•o   New Subordinate Financing:  If new subordinate financing is being offered by the mortgagee or other permitted entity, the CLTV is limited to 85 percent (the FHA-insured first mortgage and any new junior liens when added together).

•o   Re-Subordinate:  Existing subordinate financing may remain in place, but subordinate to the FHA-insured first mortgage, regardless of the total indebtedness or combined loan-to-value ratio, provided the borrower qualifies for making scheduled payments on all liens. 

•o   Modified Subordinate Lien: FHA understands that many subordinate lien holders have been requesting modifications to the terms of the lien (typically a reduction in the amount of the lien) in exchange for remaining in a subordinate position.  Modifying the subordinate lien in this manner often results in re-executing it at closing, which is an acceptable practice to FHA and therefore, FHA does not consider it a new subordinate lien.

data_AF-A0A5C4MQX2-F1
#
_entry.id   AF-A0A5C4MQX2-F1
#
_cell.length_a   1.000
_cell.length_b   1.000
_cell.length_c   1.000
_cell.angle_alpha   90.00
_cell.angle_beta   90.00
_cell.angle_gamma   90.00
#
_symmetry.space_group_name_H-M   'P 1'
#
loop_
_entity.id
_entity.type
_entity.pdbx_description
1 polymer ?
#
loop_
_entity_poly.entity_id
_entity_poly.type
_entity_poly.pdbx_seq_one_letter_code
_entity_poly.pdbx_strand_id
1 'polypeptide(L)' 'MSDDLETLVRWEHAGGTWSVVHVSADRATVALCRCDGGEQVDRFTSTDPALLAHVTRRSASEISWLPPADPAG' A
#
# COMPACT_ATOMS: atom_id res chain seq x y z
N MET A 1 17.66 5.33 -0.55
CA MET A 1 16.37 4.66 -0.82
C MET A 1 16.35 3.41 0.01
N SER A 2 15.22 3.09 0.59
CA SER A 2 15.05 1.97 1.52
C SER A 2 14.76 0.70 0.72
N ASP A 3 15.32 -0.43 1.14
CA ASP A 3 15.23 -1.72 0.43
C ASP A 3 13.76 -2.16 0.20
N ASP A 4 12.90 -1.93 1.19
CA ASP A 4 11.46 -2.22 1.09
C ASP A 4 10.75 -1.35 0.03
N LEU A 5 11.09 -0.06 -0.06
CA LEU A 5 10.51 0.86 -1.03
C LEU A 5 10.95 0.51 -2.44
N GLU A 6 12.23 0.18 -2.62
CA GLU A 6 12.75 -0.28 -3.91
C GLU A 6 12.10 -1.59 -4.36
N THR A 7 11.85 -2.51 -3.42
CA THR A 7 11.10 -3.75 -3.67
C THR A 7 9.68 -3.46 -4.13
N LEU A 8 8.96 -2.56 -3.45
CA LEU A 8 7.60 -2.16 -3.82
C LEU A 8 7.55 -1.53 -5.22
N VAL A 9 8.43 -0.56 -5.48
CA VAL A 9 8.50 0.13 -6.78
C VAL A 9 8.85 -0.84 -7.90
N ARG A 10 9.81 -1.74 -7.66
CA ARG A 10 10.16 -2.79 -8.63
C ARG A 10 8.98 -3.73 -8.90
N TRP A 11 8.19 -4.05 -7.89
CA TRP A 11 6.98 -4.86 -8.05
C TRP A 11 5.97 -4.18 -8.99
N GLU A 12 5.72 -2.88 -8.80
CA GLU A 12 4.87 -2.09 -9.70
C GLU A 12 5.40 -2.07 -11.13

•·         Length of Ownership:

•o   12 Months or More:  The subject property must have been owned by the borrower as his or her principal residence for at least 12 months preceding the date of the loan application in order to obtain the maximum of 85 percent of the appraiser's estimate of value in the new mortgage. This applies whether there was a mortgage, and thus, mortgage payments, on the property, i.e., ownership of at least 12 months regardless of the number of mortgage payments, if any, that may have come due.